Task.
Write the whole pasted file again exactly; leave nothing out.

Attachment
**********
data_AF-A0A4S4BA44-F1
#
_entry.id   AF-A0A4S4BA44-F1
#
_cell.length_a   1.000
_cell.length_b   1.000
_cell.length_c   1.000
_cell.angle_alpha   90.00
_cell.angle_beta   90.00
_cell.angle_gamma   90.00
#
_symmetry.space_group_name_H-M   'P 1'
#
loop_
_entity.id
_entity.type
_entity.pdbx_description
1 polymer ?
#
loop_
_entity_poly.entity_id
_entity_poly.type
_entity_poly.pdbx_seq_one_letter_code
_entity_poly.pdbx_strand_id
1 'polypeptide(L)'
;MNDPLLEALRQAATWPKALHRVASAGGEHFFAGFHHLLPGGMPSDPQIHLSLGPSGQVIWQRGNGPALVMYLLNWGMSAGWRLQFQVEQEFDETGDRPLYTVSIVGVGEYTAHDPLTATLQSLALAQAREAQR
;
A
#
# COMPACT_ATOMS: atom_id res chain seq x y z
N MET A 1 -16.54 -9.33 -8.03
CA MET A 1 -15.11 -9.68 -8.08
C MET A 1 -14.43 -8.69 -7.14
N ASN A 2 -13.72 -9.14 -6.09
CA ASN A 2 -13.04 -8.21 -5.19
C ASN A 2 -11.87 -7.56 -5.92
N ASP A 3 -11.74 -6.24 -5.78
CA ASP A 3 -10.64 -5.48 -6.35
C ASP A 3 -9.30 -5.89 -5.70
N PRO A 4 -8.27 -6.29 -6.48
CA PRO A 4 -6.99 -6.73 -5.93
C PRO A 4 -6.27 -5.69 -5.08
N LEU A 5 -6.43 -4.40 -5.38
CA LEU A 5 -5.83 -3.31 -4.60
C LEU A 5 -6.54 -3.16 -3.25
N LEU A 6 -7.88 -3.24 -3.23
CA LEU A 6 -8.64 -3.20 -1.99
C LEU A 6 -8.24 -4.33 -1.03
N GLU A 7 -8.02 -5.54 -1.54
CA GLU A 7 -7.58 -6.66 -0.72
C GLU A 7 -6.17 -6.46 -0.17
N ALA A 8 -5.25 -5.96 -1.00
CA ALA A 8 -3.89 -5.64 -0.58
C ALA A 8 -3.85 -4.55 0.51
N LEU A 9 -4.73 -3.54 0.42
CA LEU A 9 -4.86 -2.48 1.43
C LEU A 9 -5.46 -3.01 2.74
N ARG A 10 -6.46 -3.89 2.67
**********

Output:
data_AF-A0A4S4BA44-F1
#
_entry.id   AF-A0A4S4BA44-F1
#
_cell.length_a   1.000
_cell.length_b   1.000
_cell.length_c   1.000
_cell.angle_alpha   90.00
_cell.angle_beta   90.00
_cell.angle_gamma   90.00
#
_symmetry.space_group_name_H-M   'P 1'
#
loop_
_entity.id
_entity.type
_entity.pdbx_description
1 polymer ?
#
loop_
_entity_poly.entity_id
_entity_poly.type
_entity_poly.pdbx_seq_one_letter_code
_entity_poly.pdbx_strand_id
1 'polypeptide(L)'
;MNDPLLEALRQAATWPKALHRVASAGGEHFFAGFHHLLPGGMPSDPQIHLSLGPSGQVIWQRGNGPALVMYLLNWGMSAGWRLQFQVEQEFDETGDRPLYTVSIVGVGEYTAHDPLTATLQSLALAQAREAQR
;
A
#
# COMPACT_ATOMS: atom_id res chain seq x y z
N MET A 1 -16.54 -9.33 -8.03
CA MET A 1 -15.11 -9.68 -8.08
C MET A 1 -14.43 -8.69 -7.14
N ASN A 2 -13.72 -9.14 -6.09
CA ASN A 2 -13.04 -8.21 -5.19
C ASN A 2 -11.87 -7.56 -5.92
N ASP A 3 -11.74 -6.24 -5.78
CA ASP A 3 -10.64 -5.48 -6.35
C ASP A 3 -9.30 -5.89 -5.70
N PRO A 4 -8.27 -6.29 -6.48
CA PRO A 4 -6.99 -6.73 -5.93
C PRO A 4 -6.27 -5.69 -5.08
N LEU A 5 -6.43 -4.40 -5.38
CA LEU A 5 -5.83 -3.31 -4.60
C LEU A 5 -6.54 -3.16 -3.25
N LEU A 6 -7.88 -3.24 -3.23
CA LEU A 6 -8.64 -3.20 -1.99
C LEU A 6 -8.24 -4.33 -1.03
N GLU A 7 -8.02 -5.54 -1.54
CA GLU A 7 -7.58 -6.66 -0.72
C GLU A 7 -6.17 -6.46 -0.17
N ALA A 8 -5.25 -5.96 -1.00
CA ALA A 8 -3.89 -5.64 -0.58
C ALA A 8 -3.85 -4.55 0.51
N LEU A 9 -4.73 -3.54 0.42
CA LEU A 9 -4.86 -2.48 1.43
C LEU A 9 -5.46 -3.01 2.74
N ARG A 10 -6.46 -3.89 2.67